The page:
Cannabis dispensary opens in downtown Globe

The site of the former Green Panda, which is now Nirvana Center Dispensary. Photos by Carol Broeder.

A process that came to public notice last July is finally blossoming locally, as two cannabis facilities are coming online in Globe.

Nirvana Center Dispensary opened at noon on Monday at the former site of the Green Panda Dispensary on Broad Street and the grow facility at the old bowling alley behind Holiday Inn on Ash Street should be in operation soon, bringing a growing and lucrative industry to Globe.

The new dispensary is operated by Yavapai Herbal Services, Inc. doing business as Nirvana Center Dispensary. Owners of Nirvana, Sarah Warraich and her father-in-law, possess two of the original dispensary licenses handed out by the state.

Originally licensed in Cottonwood, Warraich owns a dispensary in Prescott Valley and is opening a third in Michigan.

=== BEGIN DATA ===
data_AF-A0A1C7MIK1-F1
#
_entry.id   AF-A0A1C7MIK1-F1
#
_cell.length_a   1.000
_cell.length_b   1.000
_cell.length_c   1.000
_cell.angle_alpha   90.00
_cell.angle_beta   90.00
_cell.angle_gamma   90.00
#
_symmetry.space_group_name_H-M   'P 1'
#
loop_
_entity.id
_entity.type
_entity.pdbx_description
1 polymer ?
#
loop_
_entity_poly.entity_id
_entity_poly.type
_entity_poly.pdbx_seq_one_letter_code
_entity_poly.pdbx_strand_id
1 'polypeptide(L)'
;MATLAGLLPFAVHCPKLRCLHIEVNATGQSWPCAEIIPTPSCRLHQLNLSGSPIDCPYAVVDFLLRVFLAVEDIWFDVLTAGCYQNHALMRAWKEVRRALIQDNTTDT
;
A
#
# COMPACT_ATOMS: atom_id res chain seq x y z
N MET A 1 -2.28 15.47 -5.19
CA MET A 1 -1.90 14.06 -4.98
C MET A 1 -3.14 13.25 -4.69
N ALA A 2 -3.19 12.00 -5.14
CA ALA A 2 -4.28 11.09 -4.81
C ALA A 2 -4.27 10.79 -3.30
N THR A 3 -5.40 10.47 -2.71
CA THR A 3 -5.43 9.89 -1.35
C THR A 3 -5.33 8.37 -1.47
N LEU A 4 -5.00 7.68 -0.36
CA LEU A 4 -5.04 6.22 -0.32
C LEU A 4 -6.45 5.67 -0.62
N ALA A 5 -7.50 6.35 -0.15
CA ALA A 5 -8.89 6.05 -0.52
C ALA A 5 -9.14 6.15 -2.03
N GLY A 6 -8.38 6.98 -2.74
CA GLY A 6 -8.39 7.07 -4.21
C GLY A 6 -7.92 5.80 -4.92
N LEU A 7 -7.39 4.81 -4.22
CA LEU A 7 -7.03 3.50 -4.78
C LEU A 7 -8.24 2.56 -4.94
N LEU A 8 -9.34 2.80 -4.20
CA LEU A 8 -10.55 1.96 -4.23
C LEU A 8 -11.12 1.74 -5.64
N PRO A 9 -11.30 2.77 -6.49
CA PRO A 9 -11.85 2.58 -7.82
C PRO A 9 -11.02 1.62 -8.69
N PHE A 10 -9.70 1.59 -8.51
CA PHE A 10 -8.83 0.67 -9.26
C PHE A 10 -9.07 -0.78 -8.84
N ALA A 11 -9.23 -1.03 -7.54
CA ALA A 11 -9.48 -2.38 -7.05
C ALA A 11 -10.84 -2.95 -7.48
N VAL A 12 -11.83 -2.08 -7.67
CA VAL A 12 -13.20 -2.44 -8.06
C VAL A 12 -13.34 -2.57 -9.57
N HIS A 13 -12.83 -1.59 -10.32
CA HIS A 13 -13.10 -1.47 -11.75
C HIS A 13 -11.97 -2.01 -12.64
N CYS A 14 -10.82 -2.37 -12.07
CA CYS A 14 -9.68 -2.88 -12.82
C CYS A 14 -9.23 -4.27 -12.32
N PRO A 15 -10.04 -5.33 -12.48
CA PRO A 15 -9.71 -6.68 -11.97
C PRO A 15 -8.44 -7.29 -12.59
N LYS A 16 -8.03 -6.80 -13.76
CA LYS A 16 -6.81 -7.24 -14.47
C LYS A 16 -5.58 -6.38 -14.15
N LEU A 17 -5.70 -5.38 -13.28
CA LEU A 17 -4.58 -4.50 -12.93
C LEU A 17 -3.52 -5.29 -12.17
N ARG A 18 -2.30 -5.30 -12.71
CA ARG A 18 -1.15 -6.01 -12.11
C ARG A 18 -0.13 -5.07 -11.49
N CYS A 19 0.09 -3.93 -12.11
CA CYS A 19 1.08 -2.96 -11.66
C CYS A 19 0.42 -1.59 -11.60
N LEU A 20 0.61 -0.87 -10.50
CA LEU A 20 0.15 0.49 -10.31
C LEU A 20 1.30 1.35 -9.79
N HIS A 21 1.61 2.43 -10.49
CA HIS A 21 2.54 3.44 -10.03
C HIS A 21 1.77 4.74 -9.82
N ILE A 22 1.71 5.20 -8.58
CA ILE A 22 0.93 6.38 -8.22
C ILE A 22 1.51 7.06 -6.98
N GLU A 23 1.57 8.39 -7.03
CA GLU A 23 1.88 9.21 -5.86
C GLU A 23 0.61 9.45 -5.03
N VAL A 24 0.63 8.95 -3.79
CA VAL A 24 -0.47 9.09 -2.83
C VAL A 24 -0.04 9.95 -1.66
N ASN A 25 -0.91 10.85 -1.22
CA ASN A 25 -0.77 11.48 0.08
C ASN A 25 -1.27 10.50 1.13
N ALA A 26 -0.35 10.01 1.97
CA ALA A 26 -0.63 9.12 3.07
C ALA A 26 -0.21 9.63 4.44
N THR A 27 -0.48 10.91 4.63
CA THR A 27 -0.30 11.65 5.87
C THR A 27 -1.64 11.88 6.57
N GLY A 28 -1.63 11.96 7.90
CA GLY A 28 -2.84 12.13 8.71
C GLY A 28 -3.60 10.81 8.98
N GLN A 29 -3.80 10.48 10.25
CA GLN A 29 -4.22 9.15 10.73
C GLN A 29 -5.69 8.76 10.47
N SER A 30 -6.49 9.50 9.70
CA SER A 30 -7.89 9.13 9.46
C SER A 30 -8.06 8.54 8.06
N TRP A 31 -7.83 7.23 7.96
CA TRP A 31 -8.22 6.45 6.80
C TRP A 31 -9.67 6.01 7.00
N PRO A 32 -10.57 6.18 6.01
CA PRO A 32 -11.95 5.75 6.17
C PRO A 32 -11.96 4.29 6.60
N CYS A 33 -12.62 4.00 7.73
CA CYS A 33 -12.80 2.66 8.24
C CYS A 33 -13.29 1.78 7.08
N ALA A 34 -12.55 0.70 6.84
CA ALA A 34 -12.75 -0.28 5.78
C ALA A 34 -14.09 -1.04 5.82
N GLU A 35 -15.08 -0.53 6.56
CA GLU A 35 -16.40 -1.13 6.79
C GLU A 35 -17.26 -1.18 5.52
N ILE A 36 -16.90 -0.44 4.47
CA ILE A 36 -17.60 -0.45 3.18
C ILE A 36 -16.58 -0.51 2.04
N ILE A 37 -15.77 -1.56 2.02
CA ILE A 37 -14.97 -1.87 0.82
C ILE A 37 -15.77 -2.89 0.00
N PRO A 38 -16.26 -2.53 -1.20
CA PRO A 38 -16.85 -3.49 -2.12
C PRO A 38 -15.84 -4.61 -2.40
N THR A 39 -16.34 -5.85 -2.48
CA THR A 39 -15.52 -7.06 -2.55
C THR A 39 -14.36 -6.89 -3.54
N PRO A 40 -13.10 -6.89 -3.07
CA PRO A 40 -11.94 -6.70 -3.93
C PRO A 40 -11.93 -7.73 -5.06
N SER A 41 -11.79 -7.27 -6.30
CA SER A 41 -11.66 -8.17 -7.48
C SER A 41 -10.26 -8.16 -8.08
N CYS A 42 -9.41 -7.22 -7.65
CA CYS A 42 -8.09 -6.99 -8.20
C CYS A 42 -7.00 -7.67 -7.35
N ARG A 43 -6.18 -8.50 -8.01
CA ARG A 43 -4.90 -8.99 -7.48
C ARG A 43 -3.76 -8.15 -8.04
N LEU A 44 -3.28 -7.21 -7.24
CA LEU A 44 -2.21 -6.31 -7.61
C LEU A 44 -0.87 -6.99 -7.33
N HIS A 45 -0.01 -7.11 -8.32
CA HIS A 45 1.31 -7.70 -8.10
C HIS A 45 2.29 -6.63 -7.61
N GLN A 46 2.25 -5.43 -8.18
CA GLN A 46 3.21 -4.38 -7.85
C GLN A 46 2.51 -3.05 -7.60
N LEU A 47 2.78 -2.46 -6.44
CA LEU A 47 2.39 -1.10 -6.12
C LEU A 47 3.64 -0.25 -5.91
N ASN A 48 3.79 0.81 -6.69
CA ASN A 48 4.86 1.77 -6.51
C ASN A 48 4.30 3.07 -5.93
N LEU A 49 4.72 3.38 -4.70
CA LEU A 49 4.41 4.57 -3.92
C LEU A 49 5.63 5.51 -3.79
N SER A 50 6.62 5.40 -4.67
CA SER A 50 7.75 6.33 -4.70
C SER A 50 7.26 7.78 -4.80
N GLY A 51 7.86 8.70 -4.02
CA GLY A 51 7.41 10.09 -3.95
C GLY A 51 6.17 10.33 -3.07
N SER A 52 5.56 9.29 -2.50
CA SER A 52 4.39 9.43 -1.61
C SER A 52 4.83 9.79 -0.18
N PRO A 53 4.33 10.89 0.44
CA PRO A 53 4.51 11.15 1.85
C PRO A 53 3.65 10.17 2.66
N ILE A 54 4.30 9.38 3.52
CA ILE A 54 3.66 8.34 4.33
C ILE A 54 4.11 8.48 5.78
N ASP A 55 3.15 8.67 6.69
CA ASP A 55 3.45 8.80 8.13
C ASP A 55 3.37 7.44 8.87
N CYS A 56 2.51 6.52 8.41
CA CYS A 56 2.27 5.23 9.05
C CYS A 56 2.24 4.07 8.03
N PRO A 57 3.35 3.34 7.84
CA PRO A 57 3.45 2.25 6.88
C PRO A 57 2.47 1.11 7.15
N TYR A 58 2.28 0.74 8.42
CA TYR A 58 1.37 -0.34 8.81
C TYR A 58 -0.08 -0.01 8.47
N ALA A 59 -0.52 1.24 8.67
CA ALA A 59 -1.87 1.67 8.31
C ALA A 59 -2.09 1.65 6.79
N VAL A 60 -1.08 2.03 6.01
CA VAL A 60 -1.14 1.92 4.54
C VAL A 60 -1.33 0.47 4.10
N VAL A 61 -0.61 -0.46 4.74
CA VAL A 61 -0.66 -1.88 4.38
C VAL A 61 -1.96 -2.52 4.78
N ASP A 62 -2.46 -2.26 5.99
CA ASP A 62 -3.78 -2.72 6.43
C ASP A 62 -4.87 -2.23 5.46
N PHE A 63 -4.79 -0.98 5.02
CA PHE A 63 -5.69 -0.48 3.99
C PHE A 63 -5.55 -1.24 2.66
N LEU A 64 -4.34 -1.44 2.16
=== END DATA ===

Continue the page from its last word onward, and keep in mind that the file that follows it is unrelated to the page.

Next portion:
When a competitor opened in Cottonwood, that operation moved to Glendale, but problems with a landlord led Warraich to look for another rural location. A friend told her about Globe, so they looked into the possibility and found it was doable.

“We’re really a mom and pop store, even though we have a lot of locations: it’s just me and my father-in-law,” she said. “We screen our stuff and sell good products and good medicine. We want to be part of the community and Globe has welcomed us with open arms.”

The process was relatively easy for Nirvana. The corporation is in good graces with the state and the Green Panda site was already zoned for a dispensary, due to a previous council’s foresight.

“Zoning codes are specific to [cannabis] and the town gets to pick where it gets zoned,” Director of Development Services Chris Collopy said. “A lot of towns put them in industrial zones to keep them out of sight, but when we originally looked at this, then city manager/attorney thought it would be a good idea to put them where we can see them, so we thought, ‘what better location than right across from the police station and fire department?’”

The only approval remaining for Nirvana is signage, which must go through the Historic Preservation Commission. Warraich said the logo would include a lotus flower, “because it represents coming from the bottom and continuing to grow,” she said. “And we’re going to keep growing.”